(A) Comparison of model outputs under basal conditions (upper panel, three consecutive runs) with a reduction in the variability in the BarrCRH firing (mean rates unchanged, lower panel). This attenuates the amplitude of the NVCs and delays the time to void indicating the importance of the NVCs in the micturition cycle. (B) Simulation of optogenetic activation of BarrCRH neurons (20 Hz x 1 s) at different points in the micturition cycle (all other model parameters as the basal condition in A). This external drive increased micturition frequency by triggering voids (when stimuli fell later in the filling cycle). Note that opto-activation earlier in the filling cycle generated NVCs of varying amplitude and also could lead to ‘failures’ with no bladder contraction. (C) A leftward shift in the mid-point (by 1 hz) of the spinal modulation sigmoid mimicked the effect of CRH antagonist astressin by increasing the excitability of the spinal circuit. This increased the amplitude of NVCs and increased micturition frequency (as compared to the basal condition shown in A).

Author response image 1
Author response image 2


Key resources table
Reagent type
(species) or resource
DesignationSource or referenceIdentifiersAdditional
Strain, strain background
(Mus musculus)
CRHCreJax Laboratory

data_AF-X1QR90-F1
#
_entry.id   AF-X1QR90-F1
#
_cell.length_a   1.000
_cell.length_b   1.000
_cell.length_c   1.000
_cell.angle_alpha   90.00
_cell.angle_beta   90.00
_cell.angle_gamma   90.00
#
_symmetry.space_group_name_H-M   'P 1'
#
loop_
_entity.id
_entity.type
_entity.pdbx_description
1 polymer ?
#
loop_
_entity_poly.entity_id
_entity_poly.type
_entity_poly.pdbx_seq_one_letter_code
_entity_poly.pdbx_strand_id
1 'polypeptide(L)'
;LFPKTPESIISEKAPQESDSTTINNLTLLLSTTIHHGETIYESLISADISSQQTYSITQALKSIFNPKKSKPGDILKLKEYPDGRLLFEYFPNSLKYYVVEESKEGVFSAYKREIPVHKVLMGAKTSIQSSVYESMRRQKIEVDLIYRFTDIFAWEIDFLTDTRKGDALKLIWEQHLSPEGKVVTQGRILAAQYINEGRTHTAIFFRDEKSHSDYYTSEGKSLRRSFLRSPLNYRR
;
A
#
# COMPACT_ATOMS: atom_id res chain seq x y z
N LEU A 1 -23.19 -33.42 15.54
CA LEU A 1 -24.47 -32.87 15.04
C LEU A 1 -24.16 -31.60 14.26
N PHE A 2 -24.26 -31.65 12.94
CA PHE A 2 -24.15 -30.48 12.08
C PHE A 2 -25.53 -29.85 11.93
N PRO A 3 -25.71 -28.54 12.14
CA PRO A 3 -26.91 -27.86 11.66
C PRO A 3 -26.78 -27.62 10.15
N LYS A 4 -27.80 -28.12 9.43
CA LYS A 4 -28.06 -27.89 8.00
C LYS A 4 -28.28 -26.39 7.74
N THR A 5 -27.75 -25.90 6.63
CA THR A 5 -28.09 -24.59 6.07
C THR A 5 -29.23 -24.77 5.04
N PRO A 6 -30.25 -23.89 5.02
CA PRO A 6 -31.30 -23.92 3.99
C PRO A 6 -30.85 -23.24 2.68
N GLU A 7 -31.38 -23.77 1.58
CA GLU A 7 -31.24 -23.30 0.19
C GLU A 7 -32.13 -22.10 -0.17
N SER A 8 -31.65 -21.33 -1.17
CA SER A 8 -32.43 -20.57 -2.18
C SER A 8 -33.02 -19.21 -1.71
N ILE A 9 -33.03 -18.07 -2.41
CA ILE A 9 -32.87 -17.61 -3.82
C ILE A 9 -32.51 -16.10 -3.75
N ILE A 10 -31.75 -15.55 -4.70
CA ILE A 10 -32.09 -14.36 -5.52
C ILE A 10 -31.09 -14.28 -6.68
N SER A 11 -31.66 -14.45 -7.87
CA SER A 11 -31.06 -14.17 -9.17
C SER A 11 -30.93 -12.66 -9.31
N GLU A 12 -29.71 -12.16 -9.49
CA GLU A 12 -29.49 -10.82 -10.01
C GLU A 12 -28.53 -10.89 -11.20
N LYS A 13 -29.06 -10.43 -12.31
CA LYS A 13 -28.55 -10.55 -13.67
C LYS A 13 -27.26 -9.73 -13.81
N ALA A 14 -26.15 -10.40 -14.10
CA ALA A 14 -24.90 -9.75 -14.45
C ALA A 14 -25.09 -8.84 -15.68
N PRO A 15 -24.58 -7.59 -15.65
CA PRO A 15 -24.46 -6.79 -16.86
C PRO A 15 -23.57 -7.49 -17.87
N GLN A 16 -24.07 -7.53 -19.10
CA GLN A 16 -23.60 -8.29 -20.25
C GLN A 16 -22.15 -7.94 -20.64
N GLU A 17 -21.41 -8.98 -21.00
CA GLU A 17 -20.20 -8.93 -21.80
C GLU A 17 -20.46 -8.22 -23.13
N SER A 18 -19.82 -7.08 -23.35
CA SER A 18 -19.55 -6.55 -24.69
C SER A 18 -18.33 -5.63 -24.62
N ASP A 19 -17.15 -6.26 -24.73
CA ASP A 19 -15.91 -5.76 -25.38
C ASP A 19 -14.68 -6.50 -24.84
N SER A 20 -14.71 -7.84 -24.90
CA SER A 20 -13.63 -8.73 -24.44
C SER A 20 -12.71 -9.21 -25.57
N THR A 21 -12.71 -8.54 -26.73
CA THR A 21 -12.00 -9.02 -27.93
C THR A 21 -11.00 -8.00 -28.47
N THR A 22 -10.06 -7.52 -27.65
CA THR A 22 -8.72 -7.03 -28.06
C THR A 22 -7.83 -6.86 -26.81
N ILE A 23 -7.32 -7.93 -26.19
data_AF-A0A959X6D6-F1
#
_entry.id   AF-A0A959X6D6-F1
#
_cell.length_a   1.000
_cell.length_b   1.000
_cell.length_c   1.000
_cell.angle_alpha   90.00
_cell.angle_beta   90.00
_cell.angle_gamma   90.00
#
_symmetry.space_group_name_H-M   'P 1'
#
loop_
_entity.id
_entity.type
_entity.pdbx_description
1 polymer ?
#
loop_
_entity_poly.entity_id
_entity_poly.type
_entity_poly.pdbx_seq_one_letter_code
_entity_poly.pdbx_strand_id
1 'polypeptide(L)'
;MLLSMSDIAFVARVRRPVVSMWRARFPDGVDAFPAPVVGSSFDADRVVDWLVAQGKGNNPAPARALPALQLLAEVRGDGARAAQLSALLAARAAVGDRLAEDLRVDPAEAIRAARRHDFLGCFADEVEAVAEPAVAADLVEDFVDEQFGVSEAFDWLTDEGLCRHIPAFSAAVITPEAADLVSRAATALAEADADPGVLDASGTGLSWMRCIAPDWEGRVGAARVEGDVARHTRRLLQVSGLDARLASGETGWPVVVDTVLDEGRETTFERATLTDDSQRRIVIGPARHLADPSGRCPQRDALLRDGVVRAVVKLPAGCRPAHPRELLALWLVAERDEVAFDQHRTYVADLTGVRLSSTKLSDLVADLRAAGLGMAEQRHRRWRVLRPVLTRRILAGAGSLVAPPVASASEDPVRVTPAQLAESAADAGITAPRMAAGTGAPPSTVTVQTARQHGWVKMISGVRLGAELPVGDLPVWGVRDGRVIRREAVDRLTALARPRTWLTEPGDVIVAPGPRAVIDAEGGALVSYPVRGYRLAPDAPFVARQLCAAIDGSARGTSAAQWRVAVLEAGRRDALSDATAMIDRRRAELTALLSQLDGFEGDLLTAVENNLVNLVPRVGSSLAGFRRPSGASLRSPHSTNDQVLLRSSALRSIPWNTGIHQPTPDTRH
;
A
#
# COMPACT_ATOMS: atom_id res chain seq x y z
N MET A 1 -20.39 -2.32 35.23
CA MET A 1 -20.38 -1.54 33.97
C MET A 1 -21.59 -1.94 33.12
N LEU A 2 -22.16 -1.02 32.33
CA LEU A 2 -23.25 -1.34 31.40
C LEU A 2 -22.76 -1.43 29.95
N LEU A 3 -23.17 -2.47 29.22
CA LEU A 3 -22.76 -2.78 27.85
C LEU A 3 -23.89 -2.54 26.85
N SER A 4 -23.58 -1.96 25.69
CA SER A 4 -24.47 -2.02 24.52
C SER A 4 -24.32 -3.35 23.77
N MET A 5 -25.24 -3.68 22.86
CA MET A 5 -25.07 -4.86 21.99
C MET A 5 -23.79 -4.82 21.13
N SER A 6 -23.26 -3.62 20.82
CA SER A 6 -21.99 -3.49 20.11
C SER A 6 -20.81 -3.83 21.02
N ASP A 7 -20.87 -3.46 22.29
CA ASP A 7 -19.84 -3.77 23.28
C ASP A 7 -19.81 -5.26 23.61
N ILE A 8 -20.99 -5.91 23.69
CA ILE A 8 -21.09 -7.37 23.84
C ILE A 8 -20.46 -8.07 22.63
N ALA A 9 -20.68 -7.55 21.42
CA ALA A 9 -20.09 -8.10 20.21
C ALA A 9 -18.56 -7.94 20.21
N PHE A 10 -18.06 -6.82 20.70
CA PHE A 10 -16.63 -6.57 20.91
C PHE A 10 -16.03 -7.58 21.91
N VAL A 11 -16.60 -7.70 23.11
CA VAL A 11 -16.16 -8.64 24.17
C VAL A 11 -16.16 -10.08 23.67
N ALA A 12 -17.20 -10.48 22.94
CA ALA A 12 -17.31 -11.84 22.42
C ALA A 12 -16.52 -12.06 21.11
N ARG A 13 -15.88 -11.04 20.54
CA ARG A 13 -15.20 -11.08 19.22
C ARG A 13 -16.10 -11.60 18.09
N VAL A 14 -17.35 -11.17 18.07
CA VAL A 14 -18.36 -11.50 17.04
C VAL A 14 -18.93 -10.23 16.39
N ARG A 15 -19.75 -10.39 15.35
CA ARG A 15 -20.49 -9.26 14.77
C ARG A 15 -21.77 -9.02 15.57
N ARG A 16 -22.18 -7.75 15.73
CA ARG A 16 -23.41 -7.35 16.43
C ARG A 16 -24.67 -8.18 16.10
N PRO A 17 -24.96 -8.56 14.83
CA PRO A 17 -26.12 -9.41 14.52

(Taniguchi et al., 2011 DOI: 10.1016/j.neuron.2011.07.026)
Male and Female
Cre recombinase targeted to CRH locus.
Genetic reagent
(Adeno-associated viral vector)
AAV-EF1α-DIO-hChR2(H134R)-mCherryUniversity of North Carolina vector core
(Gradinaru et al., 2007 DOI: 10.1523/JNEUROSCI.3578–07.2007)
Optogenetic transduction
Genetic reagent
(Adeno-associated viral vector)
(Krashes et al., 2011 DOI: 10.1172/JCI46229)
Plasmid #44362Chemogenetic transduction
Genetic reagent
(Canine Adenoviral vector)
CAV-PRS-ChR2-mCherryPlateforme de Vectorologie de Montpellier
(Li et al., 2016 DOI: 10.1016/j.brainres.2016.02.023)
AntibodyAnti-mCherry (Rabbit polyclonal)Biovision5993, RRID:AB_19750011:4000
Antibodyanti-ChAT (Goat polyclonal)MilliporeCat# AB144P RRID:AB_906501:250
Antibodyanti-TH (Sheep polyclonal)MilliporeCat# AB1542 RRID:AB_907551:1000
Chemical compound, drugUrethane (ethyl carbamate)Sigma#U2500Anaesthetic
Chemical compound, drugClozapine-N-OxideTocris4936DREADD ligand
Chemical compound, drugAstressinSigmaA4933CRH antagonist
Software, algorithmParasympathetic preganglionic neuron modelNEURON,
(based on Briant et al., 2014, DOI: 10.1152/jn.00350.2014)
Available from data.bris.ac.uk (DOI:10.5523/bris.20l920gl27ufi204brn8ilonsf)
Software, algorithmAutonomous micturition modelMATLAB codeAvailable from data.bris.ac.uk (DOI:10.5523/bris.20l920gl27ufi204brn8ilonsf)
Software, algorithmAnalysis scripts for single cell recordings.MATLAB codeAvailable from data.bris.ac.uk (DOI:10.5523/bris.20l920gl27ufi204brn8ilonsf)
Software, algorithmClustering of multisite probe recordings.Kilosort
(Pachitariu et al., 2016)
Software, algorithmCluster curation.Phy (Rossant et al., 2019)github.com/kwikteam/phy-contrib
Software, algorithmBladder pressure and EUS dataacquisition/analysis.Spike2
(Cambridge Electronic Design)